When serving it, taste it, and if desired, top with a drizzle of honey and a touch more salt.


Thursday, April 8, 2010


I loooove meatloaf. Of course, most recipes involve breadcrumbs. I've decided to omit them, and I've come up with a pretty basic recipe that works for us, so I'll share it with you here.

But! I'm also going to give you tips on making meatloaf in bulk.

Generally I make four meatloaves at one time, each of them weighing in at about 1.5 pounds.

First, I get my largest Pyrex bowl and a small bowl or container.

I measure two sets of the spices listed below -- one set into the large bowl, and one set into the small bowl/container.

Then I dump three pounds of ground beef in with the spices in the large bowl. I mix well, and shape this into two loaves, which go into a prepared foil-lined pan.

I then dump the smaller container of spices into the now-empty bowl, add three more pounds of ground beef, and mix and shape two more loaves.

Voila! Six pounds of meatloaf, baking at once and ready for your whole week (or for freezing).

Here's my three-pound recipe.


3 pounds ground beef
3 tbsps SCD legal onion powder
1 tbsp SCD legal garlic powder
2 eggs
1 tbsp oregano
1 1/2 tsp basil
1 tbsp salt

Mix well and divide into two (or three) loaves. Bake at 400 degrees for about an hour, or until a meat thermometer shows 165.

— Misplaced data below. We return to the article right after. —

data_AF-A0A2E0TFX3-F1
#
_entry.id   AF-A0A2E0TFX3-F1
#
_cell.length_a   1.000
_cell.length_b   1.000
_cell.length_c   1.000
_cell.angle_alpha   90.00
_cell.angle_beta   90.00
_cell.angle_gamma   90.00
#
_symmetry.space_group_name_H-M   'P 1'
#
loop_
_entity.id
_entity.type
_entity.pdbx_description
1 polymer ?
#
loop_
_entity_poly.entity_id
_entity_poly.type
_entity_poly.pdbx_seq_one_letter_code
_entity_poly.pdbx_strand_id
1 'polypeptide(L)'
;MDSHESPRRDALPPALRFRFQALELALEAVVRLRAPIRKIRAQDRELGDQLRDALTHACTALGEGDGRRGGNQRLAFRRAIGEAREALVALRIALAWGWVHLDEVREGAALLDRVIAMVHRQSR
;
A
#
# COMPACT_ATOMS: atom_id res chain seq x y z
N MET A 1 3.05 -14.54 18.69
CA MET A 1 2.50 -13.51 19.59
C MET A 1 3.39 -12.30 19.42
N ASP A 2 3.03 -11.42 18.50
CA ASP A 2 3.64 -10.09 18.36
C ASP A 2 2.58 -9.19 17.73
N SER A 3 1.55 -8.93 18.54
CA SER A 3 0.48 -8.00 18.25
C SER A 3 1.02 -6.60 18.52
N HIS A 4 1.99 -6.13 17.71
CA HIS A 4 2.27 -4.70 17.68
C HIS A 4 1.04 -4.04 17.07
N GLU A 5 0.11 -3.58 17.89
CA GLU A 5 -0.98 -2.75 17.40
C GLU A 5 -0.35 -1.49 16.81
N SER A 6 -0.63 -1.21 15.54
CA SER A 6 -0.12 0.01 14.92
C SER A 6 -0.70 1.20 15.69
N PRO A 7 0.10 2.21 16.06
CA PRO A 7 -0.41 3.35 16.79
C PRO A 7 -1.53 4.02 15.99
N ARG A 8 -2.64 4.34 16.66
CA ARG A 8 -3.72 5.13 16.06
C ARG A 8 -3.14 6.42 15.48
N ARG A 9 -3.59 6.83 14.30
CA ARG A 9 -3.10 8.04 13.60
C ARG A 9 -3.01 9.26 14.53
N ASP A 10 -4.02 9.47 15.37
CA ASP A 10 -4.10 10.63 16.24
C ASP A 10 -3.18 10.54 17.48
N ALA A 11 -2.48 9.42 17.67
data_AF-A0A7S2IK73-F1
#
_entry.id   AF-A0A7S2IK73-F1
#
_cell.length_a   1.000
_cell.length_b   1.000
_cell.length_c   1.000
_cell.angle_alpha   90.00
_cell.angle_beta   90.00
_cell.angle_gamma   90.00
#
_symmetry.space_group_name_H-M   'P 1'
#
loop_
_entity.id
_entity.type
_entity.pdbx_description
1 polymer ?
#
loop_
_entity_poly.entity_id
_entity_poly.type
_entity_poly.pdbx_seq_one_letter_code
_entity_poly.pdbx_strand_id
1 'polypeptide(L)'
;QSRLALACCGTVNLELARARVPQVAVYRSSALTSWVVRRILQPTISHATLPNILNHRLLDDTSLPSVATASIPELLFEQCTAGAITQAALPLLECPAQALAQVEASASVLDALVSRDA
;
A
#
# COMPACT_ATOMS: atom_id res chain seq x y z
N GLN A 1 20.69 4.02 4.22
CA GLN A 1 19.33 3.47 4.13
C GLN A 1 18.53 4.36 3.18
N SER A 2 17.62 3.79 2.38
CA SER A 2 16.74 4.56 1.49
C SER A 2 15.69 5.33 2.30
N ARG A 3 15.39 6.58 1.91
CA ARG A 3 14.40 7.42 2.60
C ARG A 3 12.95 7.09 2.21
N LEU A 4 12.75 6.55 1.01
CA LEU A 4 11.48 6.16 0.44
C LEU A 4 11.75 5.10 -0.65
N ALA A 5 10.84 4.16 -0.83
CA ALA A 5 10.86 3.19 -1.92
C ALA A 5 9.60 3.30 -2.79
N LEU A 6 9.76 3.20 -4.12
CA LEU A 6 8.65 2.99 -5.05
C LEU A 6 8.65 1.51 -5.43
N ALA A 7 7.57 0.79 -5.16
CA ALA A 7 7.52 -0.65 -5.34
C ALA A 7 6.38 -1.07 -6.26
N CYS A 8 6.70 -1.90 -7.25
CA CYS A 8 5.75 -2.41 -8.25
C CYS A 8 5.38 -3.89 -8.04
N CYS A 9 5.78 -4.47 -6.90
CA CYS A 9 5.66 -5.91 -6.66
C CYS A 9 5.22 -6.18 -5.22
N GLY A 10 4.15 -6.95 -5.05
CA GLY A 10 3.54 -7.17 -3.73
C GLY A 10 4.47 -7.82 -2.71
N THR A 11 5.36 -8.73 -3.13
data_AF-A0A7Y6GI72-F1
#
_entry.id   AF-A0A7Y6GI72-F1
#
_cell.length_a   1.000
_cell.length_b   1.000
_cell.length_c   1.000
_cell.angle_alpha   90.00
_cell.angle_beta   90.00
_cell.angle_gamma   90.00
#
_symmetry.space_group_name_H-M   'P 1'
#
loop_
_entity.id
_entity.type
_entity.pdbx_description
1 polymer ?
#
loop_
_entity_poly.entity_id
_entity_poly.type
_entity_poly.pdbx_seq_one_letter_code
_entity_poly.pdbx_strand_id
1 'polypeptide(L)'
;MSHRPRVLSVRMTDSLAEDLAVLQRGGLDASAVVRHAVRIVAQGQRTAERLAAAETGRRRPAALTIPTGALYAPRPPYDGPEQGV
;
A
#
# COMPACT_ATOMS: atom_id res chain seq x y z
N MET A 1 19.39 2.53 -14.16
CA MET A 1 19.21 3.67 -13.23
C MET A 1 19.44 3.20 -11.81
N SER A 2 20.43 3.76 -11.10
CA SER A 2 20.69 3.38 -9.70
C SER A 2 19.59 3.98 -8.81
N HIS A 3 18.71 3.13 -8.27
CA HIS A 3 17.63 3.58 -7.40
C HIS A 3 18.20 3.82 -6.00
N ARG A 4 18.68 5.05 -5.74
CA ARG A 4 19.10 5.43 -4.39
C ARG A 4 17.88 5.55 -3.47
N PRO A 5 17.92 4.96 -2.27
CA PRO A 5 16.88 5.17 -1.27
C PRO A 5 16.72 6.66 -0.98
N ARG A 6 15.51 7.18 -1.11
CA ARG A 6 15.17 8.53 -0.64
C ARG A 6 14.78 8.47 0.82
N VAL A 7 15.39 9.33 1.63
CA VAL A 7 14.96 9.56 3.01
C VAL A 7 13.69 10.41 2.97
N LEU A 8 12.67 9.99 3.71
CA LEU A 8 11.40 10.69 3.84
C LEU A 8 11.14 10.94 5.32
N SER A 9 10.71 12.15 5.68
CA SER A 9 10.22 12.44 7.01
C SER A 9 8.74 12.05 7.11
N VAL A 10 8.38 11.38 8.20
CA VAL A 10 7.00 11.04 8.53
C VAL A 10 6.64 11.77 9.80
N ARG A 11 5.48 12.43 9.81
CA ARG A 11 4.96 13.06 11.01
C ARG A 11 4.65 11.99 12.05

As a variation, you can add about 1 pound steamed spinach per 3 pounds beef.

ETA: OR try my stage one version here!

Serve with SCD legal ketchup (reduced Campbell's tomato juice). Yum!

Friday, April 2, 2010

Fat, addicting foods

You may have seen a recent news report that stated that high fat foods were "addictive."

Instead of linking to the report, I'll just link you to the Fat Head analysis.

I admit, I hit the roof when I read about it, because they almost completely ignore the role of SUGAR in the addictive nature of certain foods.

I doubt very much that the rats couldn't stop eating a plain stick of butter. Have you ever tried to eat just butter? I can do it in small amounts, but I guarantee you I couldn't eat the whole stick.

But if you soften the butter and mix it up with sugar, I'm betting you could eat it all juuuuust fine.